Firstly, it was important that we did not get sucked into solely considering the immediate response to the crisis that was unfolding around us. We know that the institutions that will be the most resilient and successful in the coming years will be those who continued to focus on a world after COVID-19, holding true to their purpose and vision: these serve as the guiding star of any organisation and inform its response in stormy waters. 

Secondly, we needed to consider the range of possible futures we might face. Like many organisations, we have often used scenario planning exercises to envisage plausible futures and imagine how we might respond within them; worlds where international student flows were curtailed, or where students started to clamour for greater flexibility through digital learning, or even where universities were expected to take a greater hand in the development of the regional economies by Government. 

Developing an adaptive and flexible response to an uncertain future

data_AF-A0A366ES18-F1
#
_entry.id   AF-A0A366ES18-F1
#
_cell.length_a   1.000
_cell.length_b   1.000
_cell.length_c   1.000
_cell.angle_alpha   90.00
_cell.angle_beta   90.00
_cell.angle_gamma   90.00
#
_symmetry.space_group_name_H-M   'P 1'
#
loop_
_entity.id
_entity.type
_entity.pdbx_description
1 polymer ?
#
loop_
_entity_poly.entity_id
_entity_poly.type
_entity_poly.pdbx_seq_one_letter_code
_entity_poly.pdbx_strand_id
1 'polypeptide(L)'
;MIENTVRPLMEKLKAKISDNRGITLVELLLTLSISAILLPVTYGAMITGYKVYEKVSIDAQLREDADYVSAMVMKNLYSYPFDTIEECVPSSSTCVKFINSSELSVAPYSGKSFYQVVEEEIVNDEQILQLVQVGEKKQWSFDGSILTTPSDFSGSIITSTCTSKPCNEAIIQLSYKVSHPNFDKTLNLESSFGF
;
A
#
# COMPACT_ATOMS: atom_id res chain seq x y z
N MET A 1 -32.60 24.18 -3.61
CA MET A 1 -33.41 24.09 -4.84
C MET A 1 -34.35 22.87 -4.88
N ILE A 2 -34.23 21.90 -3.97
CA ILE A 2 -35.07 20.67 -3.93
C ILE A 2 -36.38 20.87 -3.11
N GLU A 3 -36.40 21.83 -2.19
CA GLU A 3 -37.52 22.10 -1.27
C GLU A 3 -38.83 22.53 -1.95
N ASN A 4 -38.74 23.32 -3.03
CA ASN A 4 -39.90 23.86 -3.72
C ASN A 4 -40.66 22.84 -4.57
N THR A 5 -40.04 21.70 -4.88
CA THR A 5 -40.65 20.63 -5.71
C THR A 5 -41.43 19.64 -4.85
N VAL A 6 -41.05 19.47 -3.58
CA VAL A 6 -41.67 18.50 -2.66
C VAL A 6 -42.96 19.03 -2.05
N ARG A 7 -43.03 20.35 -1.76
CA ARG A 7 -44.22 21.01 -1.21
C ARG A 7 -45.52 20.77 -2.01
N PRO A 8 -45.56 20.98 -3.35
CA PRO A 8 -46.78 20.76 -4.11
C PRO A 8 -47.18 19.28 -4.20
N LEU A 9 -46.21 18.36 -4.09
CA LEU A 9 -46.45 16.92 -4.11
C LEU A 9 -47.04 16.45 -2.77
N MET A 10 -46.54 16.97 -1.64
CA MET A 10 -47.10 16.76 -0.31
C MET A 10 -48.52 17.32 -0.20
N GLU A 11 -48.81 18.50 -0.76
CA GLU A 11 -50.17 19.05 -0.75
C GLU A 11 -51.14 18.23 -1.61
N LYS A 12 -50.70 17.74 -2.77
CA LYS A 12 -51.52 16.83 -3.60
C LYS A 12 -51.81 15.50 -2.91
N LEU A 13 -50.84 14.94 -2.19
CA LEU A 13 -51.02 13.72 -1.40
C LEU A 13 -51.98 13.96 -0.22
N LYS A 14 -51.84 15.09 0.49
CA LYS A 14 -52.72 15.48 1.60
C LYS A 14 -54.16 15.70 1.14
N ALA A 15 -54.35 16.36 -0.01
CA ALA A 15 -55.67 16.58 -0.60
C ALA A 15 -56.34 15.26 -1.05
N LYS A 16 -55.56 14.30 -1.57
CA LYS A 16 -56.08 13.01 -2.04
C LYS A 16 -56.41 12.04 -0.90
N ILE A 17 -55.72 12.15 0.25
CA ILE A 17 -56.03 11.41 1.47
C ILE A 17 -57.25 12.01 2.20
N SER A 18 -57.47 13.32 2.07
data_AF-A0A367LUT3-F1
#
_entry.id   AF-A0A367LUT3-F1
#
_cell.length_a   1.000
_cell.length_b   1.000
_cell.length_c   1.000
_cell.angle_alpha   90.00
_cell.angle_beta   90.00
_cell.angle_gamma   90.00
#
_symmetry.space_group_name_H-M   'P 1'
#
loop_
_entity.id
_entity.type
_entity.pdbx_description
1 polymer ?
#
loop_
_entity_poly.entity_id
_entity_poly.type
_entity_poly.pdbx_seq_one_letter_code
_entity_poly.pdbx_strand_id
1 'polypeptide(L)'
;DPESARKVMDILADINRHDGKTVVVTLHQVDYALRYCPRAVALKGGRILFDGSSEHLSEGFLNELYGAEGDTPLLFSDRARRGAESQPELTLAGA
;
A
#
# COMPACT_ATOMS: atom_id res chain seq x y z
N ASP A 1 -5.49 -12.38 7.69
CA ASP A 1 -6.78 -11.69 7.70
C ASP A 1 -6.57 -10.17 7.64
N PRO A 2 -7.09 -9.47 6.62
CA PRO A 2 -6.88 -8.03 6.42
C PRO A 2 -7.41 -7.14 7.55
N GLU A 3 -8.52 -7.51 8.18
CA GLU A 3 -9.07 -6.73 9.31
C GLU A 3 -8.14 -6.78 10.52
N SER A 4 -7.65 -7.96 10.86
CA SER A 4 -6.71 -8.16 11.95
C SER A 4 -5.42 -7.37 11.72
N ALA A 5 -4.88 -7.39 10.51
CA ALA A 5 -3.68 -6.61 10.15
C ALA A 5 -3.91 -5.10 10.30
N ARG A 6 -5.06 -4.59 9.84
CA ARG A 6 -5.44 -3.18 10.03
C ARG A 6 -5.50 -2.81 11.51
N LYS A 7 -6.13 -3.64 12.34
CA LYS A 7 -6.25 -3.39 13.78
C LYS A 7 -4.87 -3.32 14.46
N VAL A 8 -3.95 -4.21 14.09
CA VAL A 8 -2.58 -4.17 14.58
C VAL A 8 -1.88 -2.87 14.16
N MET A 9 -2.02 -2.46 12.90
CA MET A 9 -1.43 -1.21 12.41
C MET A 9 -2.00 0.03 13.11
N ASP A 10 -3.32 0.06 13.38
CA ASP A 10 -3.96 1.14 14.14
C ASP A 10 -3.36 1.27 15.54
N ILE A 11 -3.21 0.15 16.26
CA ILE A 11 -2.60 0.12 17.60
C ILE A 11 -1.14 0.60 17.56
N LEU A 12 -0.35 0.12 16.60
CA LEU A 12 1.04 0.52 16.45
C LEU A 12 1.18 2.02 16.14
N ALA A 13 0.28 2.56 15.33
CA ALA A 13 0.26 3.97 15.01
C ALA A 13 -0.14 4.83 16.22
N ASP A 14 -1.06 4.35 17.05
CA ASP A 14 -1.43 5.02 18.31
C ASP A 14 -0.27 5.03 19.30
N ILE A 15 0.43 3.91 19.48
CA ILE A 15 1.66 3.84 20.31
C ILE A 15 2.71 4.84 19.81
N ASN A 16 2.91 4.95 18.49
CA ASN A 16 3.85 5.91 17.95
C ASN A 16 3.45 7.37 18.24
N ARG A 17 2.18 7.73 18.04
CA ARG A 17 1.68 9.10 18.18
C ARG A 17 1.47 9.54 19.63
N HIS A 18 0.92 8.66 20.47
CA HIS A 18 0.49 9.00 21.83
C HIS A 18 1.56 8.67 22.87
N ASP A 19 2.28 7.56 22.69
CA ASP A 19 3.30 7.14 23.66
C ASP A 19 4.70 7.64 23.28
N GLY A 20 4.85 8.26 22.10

"Amongst the unprecedented uncertainty I am sure of one thing – because of our excellent staff, we have a bright future."

The immediate response to COVID-19 forced a number of immediate decisions upon us in order to deal with the initial disruption. Many of the changes we have been forced to make in the recent weeks and months will have to be made permanent in order to ensure we are equipped for this new world. To achieve this, we will need to invest in the appropriate physical and digital infrastructure, modify systems and processes, and train staff. But when will it be the right time to make these longer-term changes? 

To help us answer this question, at the University of Glasgow we developed a systematic process to identify those actions we believed we should implement almost immediately, and those where we feel we need to gather more evidence before we commit our resources. 

We refer to the former as ‘just do it’ initiatives - actions which command a high level of confidence we can implement quickly and successfully, and which will add real and immediate value to the University. For example, in the area of blended learning, we have identified modules which have a high student demand, but don’t require face-to-face teaching in specialist spaces such as laboratories. These modules are prime candidates to have ‘digital twins’: this is activity we are already undertaking, and which is already eliciting great feedback from our students.